Close your eyes and picture your happy place. Contemplate how your body and your state of mind might feel there: calm, relaxed, peaceful, energized? Is there a breeze, or a particular scent you may experience in this setting? Imagine all of your senses engaged and fully absorb yourself in the context of this place. Most people would likely describe themselves somewhere in nature: at a beach, in a forest, on a body of water, or perhaps in their own backyard. Few, if any, would be in a workplace, classroom or hospital setting.
In fact, a 2011 study of more than one million people found that people are happier in nature than any other urban environment. This got me thinking about why our built environment so often fails to meet our standards of where we are happiest. My early interest in sustainable design showed me the importance of paying attention to the materials we use and the strategies we employ to harness nature through, for example, solar panels or rainwater harvesting. But none of these strategies spoke to bringing out the spirit of buildings and making them feel more comfortable for people. It was my involvement with the Living Building Challenge that introduced me to biophilia and biophilic design, and it has since become the foundation of my practice. It seemed as though we, as designers, had lost sight of what makes an environment joyful and inspiring. Buildings don’t do that – nature does that.
The theory of biophilia says that, because we have spent most of our evolutionary history in nature, we have an innate love of nature and natural settings. We are linked to nature physically, cognitively and emotionally. We aren’t just in nature, we are nature.
Biophilic design is more than simply the inclusion of plants in the built environment. It takes into account every aspect of the design including lighting, flooring, window placement, air quality, art, access to the outdoors, and more. Aside from the psychological and physiological benefits that people experience when working, living, learning, and healing in spaces that connect us to nature, the positive effects on our psyche also translate into measurable positive effects on the bottom line. Issues such as decreased absenteeism, staff retention, job performance, healing rates, classroom learning rates, and reduction of violence statistics are among those influenced by a biophilic space.
My deep desire to foster and strengthen our connection to nature through design led me to dive deeper into the some of the research behind biophilic design. The most comprehensive concepts of biophilic design, including its primary elements and patterns, were defined by the late Dr. Stephen R. Kellert, a former professor of social ecology at Yale School of Forestry and Environmental Studies. Dr. Kellert set the foundation for a large majority of work in the field by creating a classification for biophilic design elements, which he organized into six primary elements: 1) environmental features 2) light and space 3) natural shapes and forms 4) place-based relationships 5) natural patterns and process and 6) evolved human-nature relationships. These elements provide the basis for the multitude of patterns that incorporate the full range of natural experiences related to light, sound, smell, texture, color, airflow, views and physical connections to nature. They also encompass such abstract concepts as refuge, mystery, and risk and peril, among others.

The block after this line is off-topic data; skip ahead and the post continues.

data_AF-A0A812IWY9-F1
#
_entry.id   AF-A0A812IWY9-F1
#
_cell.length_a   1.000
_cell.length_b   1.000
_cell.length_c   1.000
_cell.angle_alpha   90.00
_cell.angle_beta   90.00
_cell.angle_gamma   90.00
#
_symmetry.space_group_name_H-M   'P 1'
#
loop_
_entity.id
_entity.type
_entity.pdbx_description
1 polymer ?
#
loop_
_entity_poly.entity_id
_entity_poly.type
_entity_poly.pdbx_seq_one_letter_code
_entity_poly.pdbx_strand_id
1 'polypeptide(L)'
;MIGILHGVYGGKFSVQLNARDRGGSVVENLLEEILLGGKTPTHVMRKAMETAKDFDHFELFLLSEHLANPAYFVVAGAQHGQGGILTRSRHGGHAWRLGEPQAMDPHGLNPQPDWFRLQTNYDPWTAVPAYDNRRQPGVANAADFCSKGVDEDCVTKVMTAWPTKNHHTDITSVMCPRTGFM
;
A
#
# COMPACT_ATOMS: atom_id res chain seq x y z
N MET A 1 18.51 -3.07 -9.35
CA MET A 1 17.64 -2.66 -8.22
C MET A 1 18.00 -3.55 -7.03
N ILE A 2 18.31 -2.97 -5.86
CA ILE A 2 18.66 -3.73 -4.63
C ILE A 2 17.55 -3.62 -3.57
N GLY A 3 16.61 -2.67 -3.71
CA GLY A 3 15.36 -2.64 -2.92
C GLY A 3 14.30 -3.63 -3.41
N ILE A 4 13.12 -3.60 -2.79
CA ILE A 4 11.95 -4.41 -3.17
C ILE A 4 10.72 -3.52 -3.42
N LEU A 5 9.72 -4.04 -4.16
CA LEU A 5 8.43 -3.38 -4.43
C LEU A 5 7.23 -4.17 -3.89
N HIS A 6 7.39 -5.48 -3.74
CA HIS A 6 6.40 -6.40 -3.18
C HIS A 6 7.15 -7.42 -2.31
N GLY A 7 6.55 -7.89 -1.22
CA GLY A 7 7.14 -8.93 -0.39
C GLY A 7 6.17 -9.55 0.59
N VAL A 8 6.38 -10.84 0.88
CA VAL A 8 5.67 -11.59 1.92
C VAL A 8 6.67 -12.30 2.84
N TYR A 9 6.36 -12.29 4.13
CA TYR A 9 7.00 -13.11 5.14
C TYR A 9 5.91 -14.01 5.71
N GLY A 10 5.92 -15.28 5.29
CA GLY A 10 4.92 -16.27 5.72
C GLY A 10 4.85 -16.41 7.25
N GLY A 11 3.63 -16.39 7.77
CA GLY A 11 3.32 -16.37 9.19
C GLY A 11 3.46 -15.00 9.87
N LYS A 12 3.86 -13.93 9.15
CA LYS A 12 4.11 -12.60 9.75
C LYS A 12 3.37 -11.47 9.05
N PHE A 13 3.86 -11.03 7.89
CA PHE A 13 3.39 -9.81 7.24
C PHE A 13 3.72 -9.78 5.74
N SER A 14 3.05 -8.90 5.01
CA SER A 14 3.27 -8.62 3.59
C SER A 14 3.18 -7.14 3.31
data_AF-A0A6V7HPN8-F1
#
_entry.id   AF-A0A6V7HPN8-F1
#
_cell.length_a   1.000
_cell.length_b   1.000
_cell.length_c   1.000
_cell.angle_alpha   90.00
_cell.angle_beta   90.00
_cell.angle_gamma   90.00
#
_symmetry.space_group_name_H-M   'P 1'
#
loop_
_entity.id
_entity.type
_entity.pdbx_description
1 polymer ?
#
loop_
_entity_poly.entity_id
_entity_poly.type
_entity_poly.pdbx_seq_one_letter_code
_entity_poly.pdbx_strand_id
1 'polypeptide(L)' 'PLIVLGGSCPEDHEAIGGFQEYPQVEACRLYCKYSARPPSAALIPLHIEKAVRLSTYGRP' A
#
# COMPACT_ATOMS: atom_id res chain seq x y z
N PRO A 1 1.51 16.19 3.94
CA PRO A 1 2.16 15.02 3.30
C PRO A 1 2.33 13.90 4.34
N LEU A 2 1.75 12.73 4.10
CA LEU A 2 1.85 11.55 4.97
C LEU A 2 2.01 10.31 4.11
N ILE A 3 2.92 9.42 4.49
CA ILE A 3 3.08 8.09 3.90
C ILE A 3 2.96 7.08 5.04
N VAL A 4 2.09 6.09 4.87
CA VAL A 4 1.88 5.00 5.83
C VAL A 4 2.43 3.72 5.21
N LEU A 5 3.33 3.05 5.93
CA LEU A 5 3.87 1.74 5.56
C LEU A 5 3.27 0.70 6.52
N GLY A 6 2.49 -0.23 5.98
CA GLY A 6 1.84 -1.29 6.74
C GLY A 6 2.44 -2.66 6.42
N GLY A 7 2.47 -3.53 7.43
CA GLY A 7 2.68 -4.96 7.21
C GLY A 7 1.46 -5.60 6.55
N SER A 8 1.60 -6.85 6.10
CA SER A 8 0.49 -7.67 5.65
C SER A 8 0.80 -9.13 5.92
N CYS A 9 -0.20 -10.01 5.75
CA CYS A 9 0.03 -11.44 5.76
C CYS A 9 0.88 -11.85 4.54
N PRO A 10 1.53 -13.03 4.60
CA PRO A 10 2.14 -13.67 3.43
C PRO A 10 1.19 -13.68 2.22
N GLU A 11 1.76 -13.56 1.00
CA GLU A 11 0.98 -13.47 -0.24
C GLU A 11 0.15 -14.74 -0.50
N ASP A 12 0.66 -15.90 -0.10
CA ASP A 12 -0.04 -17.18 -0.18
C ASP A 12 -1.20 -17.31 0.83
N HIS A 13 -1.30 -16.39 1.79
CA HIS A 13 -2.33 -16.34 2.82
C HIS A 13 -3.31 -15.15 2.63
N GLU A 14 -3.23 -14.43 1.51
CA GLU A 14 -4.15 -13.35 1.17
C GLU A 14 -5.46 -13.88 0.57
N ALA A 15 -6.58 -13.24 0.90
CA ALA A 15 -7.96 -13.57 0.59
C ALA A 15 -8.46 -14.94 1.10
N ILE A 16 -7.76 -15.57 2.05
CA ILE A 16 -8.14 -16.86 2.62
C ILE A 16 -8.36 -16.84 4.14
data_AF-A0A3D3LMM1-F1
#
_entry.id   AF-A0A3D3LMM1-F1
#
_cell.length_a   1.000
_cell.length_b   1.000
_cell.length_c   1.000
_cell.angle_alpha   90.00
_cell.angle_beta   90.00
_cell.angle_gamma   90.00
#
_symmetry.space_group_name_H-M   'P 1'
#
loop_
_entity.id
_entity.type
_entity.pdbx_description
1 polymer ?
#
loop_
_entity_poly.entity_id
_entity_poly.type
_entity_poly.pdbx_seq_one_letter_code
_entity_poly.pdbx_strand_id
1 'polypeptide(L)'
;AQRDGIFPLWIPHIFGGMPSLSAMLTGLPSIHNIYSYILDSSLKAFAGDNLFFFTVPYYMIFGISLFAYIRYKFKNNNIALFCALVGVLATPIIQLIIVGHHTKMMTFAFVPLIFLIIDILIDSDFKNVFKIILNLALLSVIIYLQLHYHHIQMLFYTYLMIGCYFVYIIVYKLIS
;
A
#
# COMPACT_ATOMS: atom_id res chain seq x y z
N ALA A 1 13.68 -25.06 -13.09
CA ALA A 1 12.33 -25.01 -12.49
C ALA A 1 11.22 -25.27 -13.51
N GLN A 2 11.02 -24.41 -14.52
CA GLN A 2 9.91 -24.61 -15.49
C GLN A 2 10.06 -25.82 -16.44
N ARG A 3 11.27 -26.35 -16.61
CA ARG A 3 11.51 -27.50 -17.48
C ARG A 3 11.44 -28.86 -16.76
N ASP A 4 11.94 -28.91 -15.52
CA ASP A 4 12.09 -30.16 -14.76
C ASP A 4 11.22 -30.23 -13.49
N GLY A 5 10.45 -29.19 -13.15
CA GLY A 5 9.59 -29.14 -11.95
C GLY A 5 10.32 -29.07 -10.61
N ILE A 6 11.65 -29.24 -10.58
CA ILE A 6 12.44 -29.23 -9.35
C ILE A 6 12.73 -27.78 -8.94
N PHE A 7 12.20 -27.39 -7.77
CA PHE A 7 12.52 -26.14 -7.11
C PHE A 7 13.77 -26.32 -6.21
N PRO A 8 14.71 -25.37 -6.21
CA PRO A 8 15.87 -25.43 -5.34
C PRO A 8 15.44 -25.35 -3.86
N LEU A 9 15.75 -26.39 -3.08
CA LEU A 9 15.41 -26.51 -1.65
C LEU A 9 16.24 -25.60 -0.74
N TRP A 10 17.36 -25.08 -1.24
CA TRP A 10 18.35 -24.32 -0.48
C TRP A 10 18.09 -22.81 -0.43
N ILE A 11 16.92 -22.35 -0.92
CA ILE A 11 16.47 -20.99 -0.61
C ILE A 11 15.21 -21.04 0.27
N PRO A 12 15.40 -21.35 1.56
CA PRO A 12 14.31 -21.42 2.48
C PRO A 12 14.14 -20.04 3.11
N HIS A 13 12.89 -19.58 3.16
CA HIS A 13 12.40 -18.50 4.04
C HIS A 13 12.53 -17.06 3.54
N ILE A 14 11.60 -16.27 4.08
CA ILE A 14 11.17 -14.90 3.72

I hold a special place in my heart for place-based relationships because of my first experience with biophilic design, which we did not call biophilic design at the time and happened serendipitously. During the design process for the expansion of Banner Page Hospital, a Planetree designated hospital in Page, Arizona, the design team engaged a diverse group of stakeholders, including local community members, Native American community, hospital staff, and board members, to collectively create a sensitive and unique design framework for their campus. The entire process derived from visioning and nature to take into account the mind, body, and spirit. We looked to the site and the land to connect to healing. The major inspiration for the project was a natural element found in the region, considered to be a sacred and powerful symbol to the local Native American culture. The spiraling symbol, representational of the Fibonacci sequence, permeated the entire design process and became the shape that informed the physical layout of the space. As the primary pattern for the project, it was carried through in a variety of design features including fossils in the terrazzo floor, forms for metal decorative work, and integration with custom artwork. The design evolved through community engagement, helping to honor the people and families that have thrived on the land there for centuries, empowering the staff, and fostering a more meaningful and profound community connection with the hospital campus.